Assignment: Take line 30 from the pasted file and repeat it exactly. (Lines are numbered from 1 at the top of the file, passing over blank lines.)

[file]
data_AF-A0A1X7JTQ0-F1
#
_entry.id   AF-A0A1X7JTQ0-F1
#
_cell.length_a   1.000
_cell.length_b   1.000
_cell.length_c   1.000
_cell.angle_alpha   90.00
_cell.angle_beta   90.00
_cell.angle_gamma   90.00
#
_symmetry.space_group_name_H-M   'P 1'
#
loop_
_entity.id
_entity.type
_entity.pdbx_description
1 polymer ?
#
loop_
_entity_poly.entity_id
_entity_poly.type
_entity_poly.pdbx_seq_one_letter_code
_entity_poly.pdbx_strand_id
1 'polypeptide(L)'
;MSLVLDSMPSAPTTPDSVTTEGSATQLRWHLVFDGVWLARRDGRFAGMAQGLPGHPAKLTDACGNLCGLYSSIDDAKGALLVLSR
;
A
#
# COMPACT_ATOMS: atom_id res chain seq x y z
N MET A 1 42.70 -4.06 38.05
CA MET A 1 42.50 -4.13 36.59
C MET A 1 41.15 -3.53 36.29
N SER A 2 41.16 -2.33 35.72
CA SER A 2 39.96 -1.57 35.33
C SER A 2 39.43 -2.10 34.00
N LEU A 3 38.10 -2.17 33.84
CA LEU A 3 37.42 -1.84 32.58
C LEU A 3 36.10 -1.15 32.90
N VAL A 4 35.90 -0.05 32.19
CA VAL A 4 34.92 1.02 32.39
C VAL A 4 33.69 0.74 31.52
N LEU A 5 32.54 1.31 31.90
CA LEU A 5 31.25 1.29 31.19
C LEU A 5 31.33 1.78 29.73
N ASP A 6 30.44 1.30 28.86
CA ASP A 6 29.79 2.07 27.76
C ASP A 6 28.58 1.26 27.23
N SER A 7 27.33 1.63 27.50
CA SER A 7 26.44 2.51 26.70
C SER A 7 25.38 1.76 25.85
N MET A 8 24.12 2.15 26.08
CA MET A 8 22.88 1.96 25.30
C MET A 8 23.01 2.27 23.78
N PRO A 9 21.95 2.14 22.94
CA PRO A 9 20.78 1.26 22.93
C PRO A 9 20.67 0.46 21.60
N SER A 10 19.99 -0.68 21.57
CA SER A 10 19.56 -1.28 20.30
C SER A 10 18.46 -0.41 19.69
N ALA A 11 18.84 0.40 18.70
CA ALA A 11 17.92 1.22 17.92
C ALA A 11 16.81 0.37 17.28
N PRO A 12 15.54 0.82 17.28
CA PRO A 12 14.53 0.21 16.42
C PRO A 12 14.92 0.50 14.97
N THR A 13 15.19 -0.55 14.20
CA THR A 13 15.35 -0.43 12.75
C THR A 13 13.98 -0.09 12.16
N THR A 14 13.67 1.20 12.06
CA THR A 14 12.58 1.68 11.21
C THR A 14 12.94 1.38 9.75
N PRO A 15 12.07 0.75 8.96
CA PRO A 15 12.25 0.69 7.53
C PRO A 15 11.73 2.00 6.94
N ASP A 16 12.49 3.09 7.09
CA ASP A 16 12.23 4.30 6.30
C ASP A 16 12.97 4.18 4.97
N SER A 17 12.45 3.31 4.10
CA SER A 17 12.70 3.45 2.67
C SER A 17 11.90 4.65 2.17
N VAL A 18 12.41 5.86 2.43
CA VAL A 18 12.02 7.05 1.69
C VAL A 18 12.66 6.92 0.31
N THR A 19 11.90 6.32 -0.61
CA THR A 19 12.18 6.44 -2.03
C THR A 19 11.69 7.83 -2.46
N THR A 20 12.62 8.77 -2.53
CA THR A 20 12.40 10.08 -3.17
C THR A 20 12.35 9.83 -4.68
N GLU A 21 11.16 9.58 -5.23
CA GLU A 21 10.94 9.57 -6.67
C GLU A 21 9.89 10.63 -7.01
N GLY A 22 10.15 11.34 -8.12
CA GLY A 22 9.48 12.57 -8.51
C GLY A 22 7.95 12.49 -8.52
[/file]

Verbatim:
# COMPACT_ATOMS: atom_id res chain seq x y z